Beyond Advanced Placement
Last Wednesday I took the College Board's Advanced Placement Calculus AB Exam. It was quite the experience. The exam was the fourth AP test I had taken in my life, but it was the first and only one I took in a subject not in the humanities. The next day, I took the Advanced Placement English Literature and Composition Exam. It was the last AP test I will ever take.
Calculus was quite the strange kettle of fish. In the days leading up to the test I did a complete test from years before, so I actually did know what I was up against. On the practice test I scored half a point short of a five (the highest "grade" you can get)—but in some ways I still felt that I really wasn't fully enough aware of the material to do well on it. In essence I felt that although I could do the problems and come up with answers, most of the time I wasn't fully comprehending either my means or my purpose in reaching those answers. During the actual exam the experience largely seemed the same—except that it was obviously less comfortable doing the work. The key that I'm proud of is that I answered every single question, even though incorrect multiple choice answers subtract from your score, and the written out free response questions have complex smaller parts within them. I wouldn't be surprised if I got a four, but I honestly believe I merited a five on the test. Despite that, even though I can manipulate integrals and derivatives backwards and forwards and even apply them sometimes, I'm still not sure I can really fully explain their meaning. Maybe that's just how math is. Oh well—I'll get over it.
When I took the Literature exam I was in a whole different arena. More than this entire year of class I've gone through, I believe it was my English class last year that carried me through the test, and the writing and reading skills I developed while in AP Language and Composition made the Literature test almost seem like deja vu all over again. The only real unique component that Literature seemed to bring into my native-language-analyzing ability seemed to be, appropriately, a greater knowledge of classic literature. This is no small bit of knowledge, of course; I still have hardly scratched the surface of all those works that we speakers of English are all supposed to know so well—but still, literature class really gave me a chance to expand on that awareness, whereas it was language the year before that gave me the skills to examine and express quality writing. It's funny how appropriate the name of each class is, isn't it? I almost feel a bit sorry though for the juniors who were in our Lit class; it's obvious that they simply didn't pick up the same foundational writing ability during our year of class that we seniors who had been in Bowlen's class the year before possessed. All in all, I actually would be quite surprised if I didn't get a five on my literature test. In a way, taking the exam made me reaffirm my love of English. Writing three essays in a row on useless passages and literary nonsense? Wonderful! (And please, understand that the words useless and nonsense are meant in jest. I hope that the linguophiles among us are not hurt; I am truly one among you.)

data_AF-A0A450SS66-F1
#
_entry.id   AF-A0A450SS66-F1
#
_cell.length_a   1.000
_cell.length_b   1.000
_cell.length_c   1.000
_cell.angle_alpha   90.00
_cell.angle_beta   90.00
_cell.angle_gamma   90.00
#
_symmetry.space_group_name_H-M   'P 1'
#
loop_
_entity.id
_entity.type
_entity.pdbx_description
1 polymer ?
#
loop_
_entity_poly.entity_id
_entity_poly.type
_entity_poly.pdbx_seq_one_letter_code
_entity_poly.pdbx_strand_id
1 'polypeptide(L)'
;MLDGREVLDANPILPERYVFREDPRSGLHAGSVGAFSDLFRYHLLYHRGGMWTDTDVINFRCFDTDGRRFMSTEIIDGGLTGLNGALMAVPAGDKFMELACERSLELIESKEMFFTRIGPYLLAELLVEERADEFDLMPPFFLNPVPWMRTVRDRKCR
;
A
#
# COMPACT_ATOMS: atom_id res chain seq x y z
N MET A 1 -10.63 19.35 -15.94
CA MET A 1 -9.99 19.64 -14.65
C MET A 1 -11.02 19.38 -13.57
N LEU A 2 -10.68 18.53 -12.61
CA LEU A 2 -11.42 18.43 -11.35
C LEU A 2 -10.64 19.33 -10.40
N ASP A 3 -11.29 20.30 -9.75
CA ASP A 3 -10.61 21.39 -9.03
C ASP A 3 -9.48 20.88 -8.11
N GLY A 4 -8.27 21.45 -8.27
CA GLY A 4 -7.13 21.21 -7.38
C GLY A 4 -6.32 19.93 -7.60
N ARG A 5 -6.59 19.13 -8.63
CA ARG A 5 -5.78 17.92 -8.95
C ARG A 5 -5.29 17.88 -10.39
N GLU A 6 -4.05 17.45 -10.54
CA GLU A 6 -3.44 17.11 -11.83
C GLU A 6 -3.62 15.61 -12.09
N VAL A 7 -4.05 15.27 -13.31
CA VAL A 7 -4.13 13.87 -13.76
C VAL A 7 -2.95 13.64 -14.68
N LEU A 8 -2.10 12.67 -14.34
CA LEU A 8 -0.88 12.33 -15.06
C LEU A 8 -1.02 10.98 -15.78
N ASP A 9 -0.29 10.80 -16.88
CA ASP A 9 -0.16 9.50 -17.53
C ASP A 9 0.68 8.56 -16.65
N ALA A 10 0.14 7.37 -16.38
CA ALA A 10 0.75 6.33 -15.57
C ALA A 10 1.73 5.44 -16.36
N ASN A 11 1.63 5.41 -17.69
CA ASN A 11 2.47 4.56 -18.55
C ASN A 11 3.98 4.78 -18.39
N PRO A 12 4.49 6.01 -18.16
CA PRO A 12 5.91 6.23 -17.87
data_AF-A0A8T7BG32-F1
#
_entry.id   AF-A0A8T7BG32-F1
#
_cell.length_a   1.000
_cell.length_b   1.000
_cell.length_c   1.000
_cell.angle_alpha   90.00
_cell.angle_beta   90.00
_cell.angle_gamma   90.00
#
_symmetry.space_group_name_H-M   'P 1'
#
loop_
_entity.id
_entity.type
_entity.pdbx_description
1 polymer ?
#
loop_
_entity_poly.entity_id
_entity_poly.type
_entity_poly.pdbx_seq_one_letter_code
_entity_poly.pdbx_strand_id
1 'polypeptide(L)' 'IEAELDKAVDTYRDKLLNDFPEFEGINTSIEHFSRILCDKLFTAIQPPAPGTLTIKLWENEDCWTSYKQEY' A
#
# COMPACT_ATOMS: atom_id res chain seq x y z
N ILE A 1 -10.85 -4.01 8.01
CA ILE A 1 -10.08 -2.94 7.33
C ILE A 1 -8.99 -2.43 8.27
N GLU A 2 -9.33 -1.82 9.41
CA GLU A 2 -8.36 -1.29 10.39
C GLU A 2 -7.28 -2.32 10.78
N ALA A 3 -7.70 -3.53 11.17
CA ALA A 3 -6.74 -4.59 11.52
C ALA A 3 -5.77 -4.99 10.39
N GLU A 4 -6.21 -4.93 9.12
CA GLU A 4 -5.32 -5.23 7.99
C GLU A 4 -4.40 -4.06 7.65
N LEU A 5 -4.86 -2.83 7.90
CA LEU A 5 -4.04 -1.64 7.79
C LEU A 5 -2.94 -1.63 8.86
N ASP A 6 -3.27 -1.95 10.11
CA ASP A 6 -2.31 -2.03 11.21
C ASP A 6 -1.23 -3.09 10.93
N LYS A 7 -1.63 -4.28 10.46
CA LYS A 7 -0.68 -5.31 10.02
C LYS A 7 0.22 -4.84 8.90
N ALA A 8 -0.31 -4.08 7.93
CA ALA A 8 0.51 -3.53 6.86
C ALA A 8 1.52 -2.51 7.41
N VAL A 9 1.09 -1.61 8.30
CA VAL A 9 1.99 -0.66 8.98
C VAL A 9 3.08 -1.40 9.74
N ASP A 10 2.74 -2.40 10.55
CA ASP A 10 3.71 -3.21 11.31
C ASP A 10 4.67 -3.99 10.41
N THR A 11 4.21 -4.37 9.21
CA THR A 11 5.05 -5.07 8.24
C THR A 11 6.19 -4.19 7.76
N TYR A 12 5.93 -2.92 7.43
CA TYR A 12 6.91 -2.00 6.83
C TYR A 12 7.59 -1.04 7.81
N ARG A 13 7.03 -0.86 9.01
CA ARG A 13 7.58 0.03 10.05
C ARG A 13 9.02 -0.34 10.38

As of today, I actually still have homework in both my AP classes—three assignments each, as a matter of fact. Ironically, my procrastion creating this fact has to be attributed to the ending of further assignments. The exams have brought a very real sense of closure to my AP classes and largely to the year as a whole (and thus high school). Now our time in calculus and lit is entirely labor free, so I'm left still putting off these things I left undone before the exams. Let me give you a description of what happened during my time at Ketchikan High School today, just to show how lax things are:
In first period, (calculus), we decided to forego playing poker as we have the past few days in order to study for our government test.
In second period, I took my government test. Now we shall be playing games, turning in our texts and doing who knows what.
In third period, (lit), we continued watching the movie The Great Gatsby from when we started it yesterday.
For fourth period, the underclassmen were at an elections assembly for next year's potential officials to make their pitches, so the seniors had a short class meeting in which we voted on our legacy for the school and then we went to lunch early—way early. I actually got a ride down to Safeway and got some nice oat-chocolate chip chewy bars to eat after some lengthy deliberation through the grocery store's aisles. Lunchtime for everyone began some time after I returned.
In fifth period, we did more work in French. I'm kind of amazed with what we've been doing, because we've actually had more work in French in these past few weeks than we've had during any similar time period all year. The funny thing is that I actually enjoy it—or at least don't mind it at all. Besides being labor-intensive, doing class work in French is kind of fun, and I'm still not going to take any of it home.
All in all, I really have to say that I've loved my experience at Kayhi—and I'm loving these last few weeks especially. The only problem is those extraneous abandoned assignments... You can move beyond AP tests, class work, homework, learning—but you can't move beyond procrastination without challenging it eventually.